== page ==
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On the line

Thirty-four members of Congress made changes to their financial portfolios during the financial crisis following phone calls or meetings with Treasury Secretary Henry M. Paulson Jr., his successor Timothy F. Geithner, or Federal Reserve Chairman Ben S. Bernanke. During this period, the lawmakers spoke with these officials hundreds of times and, in 166 instances, made trades one or two business days afterwards. This graphic shows some of the transactions.

Dow Jones industrial average, weekly closes

Early 2007: Efforts to reform Fannie Mae and Freddie Mac stall. Paulson reaches out to Congress to break stalemate.

Jan. 2, 2008: Bush asks Paulson to consult with Congress and others to come up with a strategy to aggressively confront the weakening economy.

Recession

Paulson met
with lawmaker

Paulson spoke with
lawmaker on phone
that day

Rep. John A. Boehner

(R-Ohio)

Boehner, the House minority leader at the time, was the Republican point person on the Bush stimulus proposal, announced Jan. 18.

Jan. 21     22     23

Jan. 24: White House announced tentative
agreement with House on stimulus package.

Jan. 23: Sold $50,000-$100,000 out of a more aggressive mutual fund and moved funds into a safer investment.

See the overlap between Paulson's calendar and Boehner's financial transactions

  • 2007
  • 2008
  • 2009

Response:

A spokesman said Boehner's trades are handled by an investment adviser. "The House speaker has no say whatsoever on day-to-day investment decisions."

Sen. Kent Conrad

(D-N.D.)

As chairman of the Senate Budget Committee, Conrad
was in contact with Paulson about the nation's economy during the crisis.

Aug. 13: Paulson called Conrad at 4:30.

Aug. 14: Shifted $150,000-$300,000 out of three mutual funds in wife's 401(k)
retirement account. Moved $100,000-$250,000 into a money market retirement account.

  • 2007
  • 2008
  • 2009

Response:

“Our records show that Paulson called me about the debt limit extension and that had nothing to do with the reason for my making the trades,” Conrad said.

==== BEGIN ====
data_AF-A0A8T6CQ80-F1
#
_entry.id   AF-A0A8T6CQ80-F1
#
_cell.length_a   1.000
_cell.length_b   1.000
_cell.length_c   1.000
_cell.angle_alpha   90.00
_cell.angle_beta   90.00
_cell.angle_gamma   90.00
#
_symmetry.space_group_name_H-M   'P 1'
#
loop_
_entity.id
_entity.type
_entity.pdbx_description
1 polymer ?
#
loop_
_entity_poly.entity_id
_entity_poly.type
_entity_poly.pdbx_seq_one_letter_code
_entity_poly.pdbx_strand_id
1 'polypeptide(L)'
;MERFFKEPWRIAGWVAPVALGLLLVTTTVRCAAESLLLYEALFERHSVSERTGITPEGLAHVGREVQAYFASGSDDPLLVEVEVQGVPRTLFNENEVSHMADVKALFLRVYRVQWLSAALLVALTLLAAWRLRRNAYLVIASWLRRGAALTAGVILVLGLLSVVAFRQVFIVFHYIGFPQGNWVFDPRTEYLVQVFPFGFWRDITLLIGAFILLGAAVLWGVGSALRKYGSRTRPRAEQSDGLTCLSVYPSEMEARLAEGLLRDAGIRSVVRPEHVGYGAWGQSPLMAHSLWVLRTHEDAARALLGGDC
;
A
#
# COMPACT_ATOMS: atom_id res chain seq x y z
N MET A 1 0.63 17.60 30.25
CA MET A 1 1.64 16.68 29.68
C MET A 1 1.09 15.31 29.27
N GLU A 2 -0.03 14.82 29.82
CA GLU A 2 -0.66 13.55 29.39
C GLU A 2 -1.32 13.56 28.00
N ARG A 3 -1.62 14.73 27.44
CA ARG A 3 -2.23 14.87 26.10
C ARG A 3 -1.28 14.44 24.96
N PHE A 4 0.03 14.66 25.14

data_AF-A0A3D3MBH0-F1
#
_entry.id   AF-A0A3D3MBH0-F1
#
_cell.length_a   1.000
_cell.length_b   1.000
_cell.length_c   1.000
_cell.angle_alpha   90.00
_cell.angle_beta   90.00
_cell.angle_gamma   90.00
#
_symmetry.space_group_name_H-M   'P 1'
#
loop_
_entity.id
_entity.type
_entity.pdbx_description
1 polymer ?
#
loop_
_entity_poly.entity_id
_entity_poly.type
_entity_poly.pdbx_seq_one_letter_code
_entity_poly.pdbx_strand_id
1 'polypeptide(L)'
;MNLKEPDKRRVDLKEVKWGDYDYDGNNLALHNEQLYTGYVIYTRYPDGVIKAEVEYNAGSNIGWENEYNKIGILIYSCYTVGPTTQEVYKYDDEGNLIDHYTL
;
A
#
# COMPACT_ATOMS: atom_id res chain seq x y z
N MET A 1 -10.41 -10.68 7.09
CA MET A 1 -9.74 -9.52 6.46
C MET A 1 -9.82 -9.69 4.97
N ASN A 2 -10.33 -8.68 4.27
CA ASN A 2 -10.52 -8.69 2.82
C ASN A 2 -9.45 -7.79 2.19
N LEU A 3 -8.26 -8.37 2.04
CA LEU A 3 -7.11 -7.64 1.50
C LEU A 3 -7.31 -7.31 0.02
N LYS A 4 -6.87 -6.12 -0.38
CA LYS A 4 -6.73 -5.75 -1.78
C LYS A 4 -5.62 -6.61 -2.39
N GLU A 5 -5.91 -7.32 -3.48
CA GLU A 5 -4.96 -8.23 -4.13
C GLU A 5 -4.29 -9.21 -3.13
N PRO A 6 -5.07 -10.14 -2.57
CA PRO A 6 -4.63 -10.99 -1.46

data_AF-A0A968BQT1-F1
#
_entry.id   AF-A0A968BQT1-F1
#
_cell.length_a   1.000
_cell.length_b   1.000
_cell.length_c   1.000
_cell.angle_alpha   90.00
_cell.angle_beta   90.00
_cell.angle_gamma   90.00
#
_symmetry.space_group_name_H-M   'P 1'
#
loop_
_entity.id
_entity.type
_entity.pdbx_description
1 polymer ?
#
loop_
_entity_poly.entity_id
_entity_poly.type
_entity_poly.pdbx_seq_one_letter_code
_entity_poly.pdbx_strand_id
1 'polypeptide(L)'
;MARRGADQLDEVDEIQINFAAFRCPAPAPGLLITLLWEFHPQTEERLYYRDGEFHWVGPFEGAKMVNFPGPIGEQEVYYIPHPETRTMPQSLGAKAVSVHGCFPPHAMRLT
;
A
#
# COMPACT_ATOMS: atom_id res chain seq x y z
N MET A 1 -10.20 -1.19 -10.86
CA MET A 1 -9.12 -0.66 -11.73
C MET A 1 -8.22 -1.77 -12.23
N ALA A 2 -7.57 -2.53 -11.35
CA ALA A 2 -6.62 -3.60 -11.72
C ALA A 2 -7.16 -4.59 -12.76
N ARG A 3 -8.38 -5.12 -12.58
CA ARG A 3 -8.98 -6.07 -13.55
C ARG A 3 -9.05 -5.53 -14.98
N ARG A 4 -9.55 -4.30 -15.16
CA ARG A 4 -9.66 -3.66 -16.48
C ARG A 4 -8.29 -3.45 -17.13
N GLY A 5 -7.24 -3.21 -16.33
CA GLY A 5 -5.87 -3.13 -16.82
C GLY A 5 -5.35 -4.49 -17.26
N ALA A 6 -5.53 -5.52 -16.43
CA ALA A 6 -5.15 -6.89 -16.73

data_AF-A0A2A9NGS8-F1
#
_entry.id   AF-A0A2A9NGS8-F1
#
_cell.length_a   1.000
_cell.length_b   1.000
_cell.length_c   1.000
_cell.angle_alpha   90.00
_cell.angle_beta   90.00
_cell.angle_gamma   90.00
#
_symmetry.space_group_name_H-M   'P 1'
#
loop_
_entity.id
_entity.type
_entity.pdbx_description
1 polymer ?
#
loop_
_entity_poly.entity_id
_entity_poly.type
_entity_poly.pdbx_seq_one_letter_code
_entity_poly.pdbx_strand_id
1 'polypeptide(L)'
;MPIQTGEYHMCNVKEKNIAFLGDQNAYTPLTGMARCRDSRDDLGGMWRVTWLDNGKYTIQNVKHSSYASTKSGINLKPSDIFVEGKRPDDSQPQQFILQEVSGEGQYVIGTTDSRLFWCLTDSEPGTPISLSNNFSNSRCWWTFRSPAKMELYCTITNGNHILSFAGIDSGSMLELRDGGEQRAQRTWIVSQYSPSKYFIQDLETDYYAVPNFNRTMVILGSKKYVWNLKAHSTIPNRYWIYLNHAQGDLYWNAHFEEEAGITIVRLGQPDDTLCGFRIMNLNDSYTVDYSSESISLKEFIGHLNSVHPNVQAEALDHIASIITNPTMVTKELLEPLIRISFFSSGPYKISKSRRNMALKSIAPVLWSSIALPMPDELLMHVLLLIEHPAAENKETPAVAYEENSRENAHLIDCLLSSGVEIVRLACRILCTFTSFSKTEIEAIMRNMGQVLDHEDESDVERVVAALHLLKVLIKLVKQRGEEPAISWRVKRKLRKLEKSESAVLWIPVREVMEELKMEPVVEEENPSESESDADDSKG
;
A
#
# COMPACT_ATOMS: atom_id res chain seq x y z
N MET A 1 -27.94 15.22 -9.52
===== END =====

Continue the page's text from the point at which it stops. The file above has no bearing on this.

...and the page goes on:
Rep. Barney Frank

(D-Mass.)

In 2008, Frank -- then chairman of the House Financial Services Committee -- held a hearing and introduced two bills aimed at stabilizing the bond market. Both bills stalled.

Oct. 17: Paulson called Frank after
the markets had closed that Friday

Oct. 20: Liquidated about $93,000 in Massachusetts municipal bonds in three separate transactions, representing nearly 10 percent of his financial portfolio. Frank said he moved the money into his campaign coffers and later reinvested it in municipal bonds.

  • 2007
  • 2008
  • 2009

Response:

Frank said his conversations during the crisis had nothing to do with his financial decisions. “Were these things tied to the phone calls? No.” He said he worked in Congress to lower interest rates on municipal bonds, working against his own interests.

Sen. Mitch McConnell

(R-Ky.)

As Senate minority leader, McConnell was a point person once the stimulus moved to the Senate. When it looked like it was in jeopardy, Paulson worked the phones to salvage the deal.

Jan. 28   Jan. 29   Jan. 30   Jan. 31

Jan 31: "The stimulus train is grinding
to a halt," McConnell told reporters.

Jan. 31: Made trades worth between $60,000 and $200,000, rearranging four mutual funds. Sold shares in an international fund, bought shares in another and reconfigured investments in two domestic funds.

  • 2007
  • 2008
  • 2009

Response:

A spokesman said McConnell does not own individual stocks to avoid the appearance of conflicts and relies on an investment adviser to handle his trades.

Sen. Ben Nelson

(D-Neb.)

One of the most fiscally conservative Democrats in the Senate, Nelson spoke with Paulson three times in 2007 to discuss issues related to disabled veterans and financial reforms.

Jan. 10

Jan. 11: Between $250,000-$500,000 in Lehman Brothers certificates of deposit matured and Nelson purchased $100,000-$200,000 in Treasury notes.

  • 2007
  • 2008
  • 2009

Response:

"He has not, and would not, have conversations with Executive Branch officials about matters affecting his personal finances," a spokesman said.

SOURCE: Treasury secretary appointment calendars, Washington Post analysis of House and Senate personal financial disclosures, Center for Responsive Politics (opensecrets.org). GRAPHIC: Wilson Andrews, Emily Chow, David Fallis, Scott Higham, Kimberly Kindy, Dan Keating, Laura Stanton, Sisi Wei and Karen Yourish - The Washington Post. Published June 25, 2012.

Note: An earlier version of this graphic said that Nelson spoke frequently with then-Treasury Secretary Henry M. Paulson Jr. Nelson spoke with Paulson twice that year and met with him once. The graphic was updated on July 4, 2012.